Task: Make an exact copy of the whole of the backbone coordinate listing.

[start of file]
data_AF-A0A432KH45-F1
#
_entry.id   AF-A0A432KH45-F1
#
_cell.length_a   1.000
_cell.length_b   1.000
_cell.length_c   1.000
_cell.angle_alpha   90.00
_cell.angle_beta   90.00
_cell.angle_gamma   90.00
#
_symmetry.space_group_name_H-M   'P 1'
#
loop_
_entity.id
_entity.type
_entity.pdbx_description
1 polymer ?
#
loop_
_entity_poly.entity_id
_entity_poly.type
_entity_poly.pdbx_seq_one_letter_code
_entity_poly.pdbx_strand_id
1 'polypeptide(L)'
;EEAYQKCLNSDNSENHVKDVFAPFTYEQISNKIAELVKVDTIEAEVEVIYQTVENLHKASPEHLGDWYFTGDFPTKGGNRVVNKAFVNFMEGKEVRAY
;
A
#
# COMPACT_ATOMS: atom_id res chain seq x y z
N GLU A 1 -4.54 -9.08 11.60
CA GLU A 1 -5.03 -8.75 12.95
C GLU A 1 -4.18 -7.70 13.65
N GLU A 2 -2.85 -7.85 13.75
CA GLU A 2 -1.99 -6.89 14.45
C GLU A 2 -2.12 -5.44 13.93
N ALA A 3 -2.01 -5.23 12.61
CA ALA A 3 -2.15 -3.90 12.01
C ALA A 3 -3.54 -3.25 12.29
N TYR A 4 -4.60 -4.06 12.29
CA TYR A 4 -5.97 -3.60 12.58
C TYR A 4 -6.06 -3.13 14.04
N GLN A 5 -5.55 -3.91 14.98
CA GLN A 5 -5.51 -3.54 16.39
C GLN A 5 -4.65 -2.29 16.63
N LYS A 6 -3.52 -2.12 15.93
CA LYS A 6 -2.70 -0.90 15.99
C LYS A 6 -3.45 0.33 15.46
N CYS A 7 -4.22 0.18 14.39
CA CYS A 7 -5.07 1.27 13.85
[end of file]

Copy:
data_AF-A0A432KH45-F1
#
_entry.id   AF-A0A432KH45-F1
#
_cell.length_a   1.000
_cell.length_b   1.000
_cell.length_c   1.000
_cell.angle_alpha   90.00
_cell.angle_beta   90.00
_cell.angle_gamma   90.00
#
_symmetry.space_group_name_H-M   'P 1'
#
loop_
_entity.id
_entity.type
_entity.pdbx_description
1 polymer ?
#
loop_
_entity_poly.entity_id
_entity_poly.type
_entity_poly.pdbx_seq_one_letter_code
_entity_poly.pdbx_strand_id
1 'polypeptide(L)'
;EEAYQKCLNSDNSENHVKDVFAPFTYEQISNKIAELVKVDTIEAEVEVIYQTVENLHKASPEHLGDWYFTGDFPTKGGNRVVNKAFVNFMEGKEVRAY
;
A
#
# COMPACT_ATOMS: atom_id res chain seq x y z
N GLU A 1 -4.54 -9.08 11.60
CA GLU A 1 -5.03 -8.75 12.95
C GLU A 1 -4.18 -7.70 13.65
N GLU A 2 -2.85 -7.85 13.75
CA GLU A 2 -1.99 -6.89 14.45
C GLU A 2 -2.12 -5.44 13.93
N ALA A 3 -2.01 -5.23 12.61
CA ALA A 3 -2.15 -3.90 12.01
C ALA A 3 -3.54 -3.25 12.29
N TYR A 4 -4.60 -4.06 12.29
CA TYR A 4 -5.97 -3.60 12.58
C TYR A 4 -6.06 -3.13 14.04
N GLN A 5 -5.55 -3.91 14.98
CA GLN A 5 -5.51 -3.54 16.39
C GLN A 5 -4.65 -2.29 16.63
N LYS A 6 -3.52 -2.12 15.93
CA LYS A 6 -2.70 -0.90 15.99
C LYS A 6 -3.45 0.33 15.46
N CYS A 7 -4.22 0.18 14.39
CA CYS A 7 -5.07 1.27 13.85